Gas plan falls short of Chief Scientist's recommendations and community sentiment

Published: November 13, 2014

The NSW Gas Plan released today falls well short of the recommendations by the Chief Scientist and of community sentiment on coal seam gas mining, and won't solve popular unrest on the issue, according to Lock the Gate Alliance.  

While the NSW Government claims to have agreed to implement all 16 recommendations of the Chief Scientist, their actual detailed response does no such thing.

"There are some important steps forward in this plan, but overall it doesn't deliver on community demands and it also falls well short of many of the Chief Scientist recommendations" said Georgina Woods, spokesperson for Lock the Gate Alliance.

"We have developed a seven point test against which to assess the plan, and it comes up short on most of them.  Most notably, the plan does absolutely nothing to protect important areas within existing CSG licence areas.  There are no new protections for water resources or farmlands.

"This means it is still just open slather across existing licence areas for risky CSG mining. 

"There are no improved safeguards for human health in this plan and rural families are still going to be forced to live just 200m from CSG wells.

"There is also no apparent improvement in community rights in this response.  The NSW Government seems intent on using compensation to buy community support, but they've done nothing to stop landholders and communities being forced into giving access against their will.

"We're also very disappointed that the Government hasn't delivered a standing expert body as recommended by the Chief Scientist.

"We're extremely concerned to see that approvals for exploration activities will be handed over to the Minister for Resources and Energy.  That's putting the fox in charge of the henhouse, and appears to run directly counter to recommendations from the Chief Scientist.

"On a happier note, we are pleased to see cancellation of exploration applications and improved processes on exploration but the same processes should apply to existing licences.  Delivering more independent regulation is also a step forward.

"The people of Gloucester, Narrabri, Camden and the Northern Rivers, who are directly threatened by unconventional gas mining right now, get little or nothing out of this. 

"The entire plan is based on the false premise that there is a gas supply shortage, when it is abundantly clear that eastern Australia has vast reserves of gas slated for export, and there are plenty of options for NSW to access energy without putting our land and water at risk" she said.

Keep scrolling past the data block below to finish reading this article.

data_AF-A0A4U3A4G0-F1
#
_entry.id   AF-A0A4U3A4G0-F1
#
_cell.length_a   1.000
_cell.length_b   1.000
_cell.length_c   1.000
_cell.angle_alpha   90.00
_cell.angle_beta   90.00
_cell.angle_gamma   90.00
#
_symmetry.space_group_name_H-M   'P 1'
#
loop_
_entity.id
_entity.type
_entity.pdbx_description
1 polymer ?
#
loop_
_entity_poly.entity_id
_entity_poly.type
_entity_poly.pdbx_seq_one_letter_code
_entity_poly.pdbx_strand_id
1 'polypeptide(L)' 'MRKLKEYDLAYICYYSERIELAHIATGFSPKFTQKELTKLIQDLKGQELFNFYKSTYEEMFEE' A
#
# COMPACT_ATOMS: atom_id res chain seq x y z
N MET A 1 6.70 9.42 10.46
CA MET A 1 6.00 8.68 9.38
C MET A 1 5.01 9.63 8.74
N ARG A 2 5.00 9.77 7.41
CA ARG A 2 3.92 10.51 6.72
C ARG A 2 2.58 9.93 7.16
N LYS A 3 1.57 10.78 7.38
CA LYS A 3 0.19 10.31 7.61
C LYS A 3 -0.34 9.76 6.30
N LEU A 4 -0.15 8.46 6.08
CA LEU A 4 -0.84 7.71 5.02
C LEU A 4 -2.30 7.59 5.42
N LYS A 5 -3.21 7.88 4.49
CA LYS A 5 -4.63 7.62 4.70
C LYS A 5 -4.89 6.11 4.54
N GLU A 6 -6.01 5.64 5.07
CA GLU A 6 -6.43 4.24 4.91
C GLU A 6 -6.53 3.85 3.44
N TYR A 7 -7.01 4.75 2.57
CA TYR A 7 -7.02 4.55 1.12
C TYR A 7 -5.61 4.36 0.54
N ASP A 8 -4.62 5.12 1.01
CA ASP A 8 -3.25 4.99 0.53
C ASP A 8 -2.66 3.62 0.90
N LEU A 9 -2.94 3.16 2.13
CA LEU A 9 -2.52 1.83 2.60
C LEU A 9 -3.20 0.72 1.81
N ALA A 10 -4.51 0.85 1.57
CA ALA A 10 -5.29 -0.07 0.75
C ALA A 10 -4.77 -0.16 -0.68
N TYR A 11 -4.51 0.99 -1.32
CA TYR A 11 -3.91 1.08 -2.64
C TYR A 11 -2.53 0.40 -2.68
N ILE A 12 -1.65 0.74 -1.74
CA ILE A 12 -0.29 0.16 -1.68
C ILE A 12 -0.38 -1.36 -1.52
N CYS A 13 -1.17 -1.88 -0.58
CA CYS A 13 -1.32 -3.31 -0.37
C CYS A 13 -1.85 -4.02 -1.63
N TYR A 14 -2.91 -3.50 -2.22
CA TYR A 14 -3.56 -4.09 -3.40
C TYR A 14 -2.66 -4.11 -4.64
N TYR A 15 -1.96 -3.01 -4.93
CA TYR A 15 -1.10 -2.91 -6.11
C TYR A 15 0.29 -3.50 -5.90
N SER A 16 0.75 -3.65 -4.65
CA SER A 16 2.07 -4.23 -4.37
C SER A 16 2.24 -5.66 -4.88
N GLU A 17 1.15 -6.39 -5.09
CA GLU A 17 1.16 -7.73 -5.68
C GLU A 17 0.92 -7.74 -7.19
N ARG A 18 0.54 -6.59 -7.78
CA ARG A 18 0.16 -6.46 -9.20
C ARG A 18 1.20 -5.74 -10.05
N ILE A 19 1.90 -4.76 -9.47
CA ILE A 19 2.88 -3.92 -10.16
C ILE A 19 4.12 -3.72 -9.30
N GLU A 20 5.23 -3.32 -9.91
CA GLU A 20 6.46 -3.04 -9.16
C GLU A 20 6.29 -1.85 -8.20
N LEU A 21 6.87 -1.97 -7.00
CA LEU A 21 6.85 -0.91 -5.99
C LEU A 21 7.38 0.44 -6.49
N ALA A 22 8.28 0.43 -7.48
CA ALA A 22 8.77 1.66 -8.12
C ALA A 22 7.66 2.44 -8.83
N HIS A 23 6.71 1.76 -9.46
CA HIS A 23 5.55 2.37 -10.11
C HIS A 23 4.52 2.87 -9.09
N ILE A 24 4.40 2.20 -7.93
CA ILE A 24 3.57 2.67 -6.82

Rapid review of the Gas Plan against our seven point test.

1.     Has the horse already bolted?

Whilst the plan purports to update environmental regulation for projects already within the planning process, most of the reforms it delivers only apply to exploration so there is in fact very little change for existing licence areas.  It looks like full steam ahead for the Gloucester and Narrabri projects.

2.     Will sensitive environments be protected?

The NSW Gas Plan does nothing to restrict CSG mining within existing licence areas, despite the Chief Scientist recommending that it should only be allowed in 'carefully designated' areas.  So there is nothing new in this to protect crucial water supplies such as drinking water catchments or recharge zones for the Great Artesian Basin.

3.     Will human health be safeguarded?

There are no new protections for human health in the Gas Plan, nor is there any requirement for improved health assessments prior to CSG mining commencing despite the Chief Scientist recognising there was major uncertainty about health impacts.  Rural families will still be forced to live just 200m from gas wells.

4.     Will the rights of landholders and communities be improved?

There is no apparent improvement in the rights of landholders and communities to make their own energy choices, or to appeal to the courts against poor decisions by government.  The proposed compensation measures are no substitute for responding to the democratic demands of entire regions such as the Northern Rivers for CSG licences in their regions to be cancelled. 

5.     Will there be a 'world class' regime and an independent regulator with teeth?

There is nothing to indicate that the regime will be 'world class'.  Any genuine 'world class' regime would have to be based on the principles of Ecologically Sustainable Development, in order to meet national and international obligations, but there is no reference to that in the Plan.  It is good to see compliance and enforcement handed to the EPA, but they will need to markedly lift their performance and increase penalties to represent genuine disincentives to gas companies.

6.     Will there be a new era of rigorous monitoring and transparency?

The Plan falls short on the standing expert committee recommended by the Chief Scientist.  Such expertise was clearly considered fundamental to improve the scientific assessment and monitoring of the industry, and without it, there is every reason to be concerned the reforms promised will not be delivered.  The Federal Independent Expert Scientific Committee clearly does not have the capacity or the knowledge of NSW needed to deliver the scrutiny required.

7.     Will the risks lie with taxpayers or CSG companies?

The Government response in relation to delivering strong and rigorous insurance protections and an environmental rehabilitation fund as recommended by the Chief Scientist was very ambivalent, committing only to 'further consider' the matter.  That means there is a good chance landholders, communities and taxpayers will continue to bear the financial risk of unsafe CSG mining.

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